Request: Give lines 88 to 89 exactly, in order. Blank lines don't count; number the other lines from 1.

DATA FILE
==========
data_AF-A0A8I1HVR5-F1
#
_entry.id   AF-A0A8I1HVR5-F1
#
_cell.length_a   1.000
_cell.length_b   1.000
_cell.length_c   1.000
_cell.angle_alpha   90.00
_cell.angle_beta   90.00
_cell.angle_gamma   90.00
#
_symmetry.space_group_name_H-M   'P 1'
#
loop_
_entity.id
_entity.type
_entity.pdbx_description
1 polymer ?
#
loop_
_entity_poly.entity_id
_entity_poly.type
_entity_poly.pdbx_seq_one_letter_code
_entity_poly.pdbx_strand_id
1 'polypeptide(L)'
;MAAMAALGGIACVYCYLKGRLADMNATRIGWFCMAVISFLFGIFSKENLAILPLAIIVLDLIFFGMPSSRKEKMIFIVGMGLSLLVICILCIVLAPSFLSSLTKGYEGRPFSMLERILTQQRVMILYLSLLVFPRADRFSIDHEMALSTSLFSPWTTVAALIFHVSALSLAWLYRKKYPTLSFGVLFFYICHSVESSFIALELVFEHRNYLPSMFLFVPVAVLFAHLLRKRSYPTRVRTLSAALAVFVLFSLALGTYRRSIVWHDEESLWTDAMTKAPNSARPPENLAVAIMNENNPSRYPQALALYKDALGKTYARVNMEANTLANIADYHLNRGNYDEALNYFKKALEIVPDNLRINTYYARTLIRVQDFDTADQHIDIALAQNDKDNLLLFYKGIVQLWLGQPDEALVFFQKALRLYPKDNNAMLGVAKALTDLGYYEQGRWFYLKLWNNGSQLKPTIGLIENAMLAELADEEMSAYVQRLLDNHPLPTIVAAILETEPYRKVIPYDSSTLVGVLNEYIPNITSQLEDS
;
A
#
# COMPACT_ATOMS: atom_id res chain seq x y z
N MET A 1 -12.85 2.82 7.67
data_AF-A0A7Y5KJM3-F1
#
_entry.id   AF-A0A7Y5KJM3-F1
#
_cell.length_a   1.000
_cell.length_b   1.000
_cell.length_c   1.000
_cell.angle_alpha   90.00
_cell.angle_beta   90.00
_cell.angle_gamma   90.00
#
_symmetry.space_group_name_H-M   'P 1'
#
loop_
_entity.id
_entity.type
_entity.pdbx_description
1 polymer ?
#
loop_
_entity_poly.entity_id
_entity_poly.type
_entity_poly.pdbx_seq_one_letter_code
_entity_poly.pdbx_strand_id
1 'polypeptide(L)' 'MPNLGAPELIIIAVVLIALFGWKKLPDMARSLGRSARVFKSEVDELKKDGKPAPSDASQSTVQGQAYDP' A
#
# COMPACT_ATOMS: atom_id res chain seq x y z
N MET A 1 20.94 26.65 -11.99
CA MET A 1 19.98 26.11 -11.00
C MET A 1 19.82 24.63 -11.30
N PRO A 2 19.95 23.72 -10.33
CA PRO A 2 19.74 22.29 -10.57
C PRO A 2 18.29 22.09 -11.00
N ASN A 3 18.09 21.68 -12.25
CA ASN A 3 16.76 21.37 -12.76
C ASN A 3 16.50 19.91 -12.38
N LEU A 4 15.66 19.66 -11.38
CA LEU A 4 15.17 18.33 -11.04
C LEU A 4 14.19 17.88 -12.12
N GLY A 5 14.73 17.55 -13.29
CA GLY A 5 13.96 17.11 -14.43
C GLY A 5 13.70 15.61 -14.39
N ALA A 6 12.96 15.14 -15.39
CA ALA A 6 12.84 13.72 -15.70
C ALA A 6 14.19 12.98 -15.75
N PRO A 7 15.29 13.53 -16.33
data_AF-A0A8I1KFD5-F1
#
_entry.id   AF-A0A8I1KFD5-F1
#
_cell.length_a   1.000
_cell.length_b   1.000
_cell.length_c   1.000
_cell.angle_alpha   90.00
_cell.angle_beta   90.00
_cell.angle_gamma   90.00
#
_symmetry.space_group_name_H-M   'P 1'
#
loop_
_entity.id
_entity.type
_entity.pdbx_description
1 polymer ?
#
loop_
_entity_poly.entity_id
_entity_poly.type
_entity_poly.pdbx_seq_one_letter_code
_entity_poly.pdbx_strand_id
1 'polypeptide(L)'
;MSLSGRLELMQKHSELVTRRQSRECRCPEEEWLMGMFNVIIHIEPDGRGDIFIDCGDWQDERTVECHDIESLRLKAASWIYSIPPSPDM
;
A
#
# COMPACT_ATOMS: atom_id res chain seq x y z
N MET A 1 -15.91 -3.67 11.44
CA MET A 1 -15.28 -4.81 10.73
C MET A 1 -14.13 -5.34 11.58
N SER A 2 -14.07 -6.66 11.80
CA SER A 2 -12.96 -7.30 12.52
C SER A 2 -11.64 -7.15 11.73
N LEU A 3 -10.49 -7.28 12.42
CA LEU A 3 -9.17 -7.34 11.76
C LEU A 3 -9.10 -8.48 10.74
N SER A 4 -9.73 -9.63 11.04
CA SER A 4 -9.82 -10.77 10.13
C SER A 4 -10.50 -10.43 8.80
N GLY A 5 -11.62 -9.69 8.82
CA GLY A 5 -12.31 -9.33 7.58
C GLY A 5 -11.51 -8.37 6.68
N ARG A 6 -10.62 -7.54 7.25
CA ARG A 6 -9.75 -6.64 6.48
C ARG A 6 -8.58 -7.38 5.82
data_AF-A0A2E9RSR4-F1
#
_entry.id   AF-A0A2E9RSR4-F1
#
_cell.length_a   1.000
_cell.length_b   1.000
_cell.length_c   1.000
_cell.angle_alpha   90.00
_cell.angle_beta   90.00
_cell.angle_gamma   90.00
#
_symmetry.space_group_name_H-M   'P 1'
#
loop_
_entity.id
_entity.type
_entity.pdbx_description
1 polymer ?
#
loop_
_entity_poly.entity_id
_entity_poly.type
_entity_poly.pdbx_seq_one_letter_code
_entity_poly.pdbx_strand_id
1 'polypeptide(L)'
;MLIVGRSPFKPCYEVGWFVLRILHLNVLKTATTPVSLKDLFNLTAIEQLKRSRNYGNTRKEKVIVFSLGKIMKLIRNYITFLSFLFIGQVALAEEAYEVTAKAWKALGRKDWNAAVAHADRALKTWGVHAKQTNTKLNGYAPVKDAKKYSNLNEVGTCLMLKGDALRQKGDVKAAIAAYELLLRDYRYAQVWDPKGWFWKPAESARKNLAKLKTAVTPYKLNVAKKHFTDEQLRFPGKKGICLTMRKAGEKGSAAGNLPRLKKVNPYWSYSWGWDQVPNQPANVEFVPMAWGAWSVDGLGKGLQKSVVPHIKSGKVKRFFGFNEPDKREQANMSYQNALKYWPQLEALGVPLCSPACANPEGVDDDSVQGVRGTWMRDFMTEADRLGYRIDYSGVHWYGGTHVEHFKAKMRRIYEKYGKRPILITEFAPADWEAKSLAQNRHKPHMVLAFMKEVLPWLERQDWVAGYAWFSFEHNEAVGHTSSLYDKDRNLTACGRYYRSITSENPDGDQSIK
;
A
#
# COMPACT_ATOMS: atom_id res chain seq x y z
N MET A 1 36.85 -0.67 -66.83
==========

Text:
#
_symmetry.space_group_name_H-M   'P 1'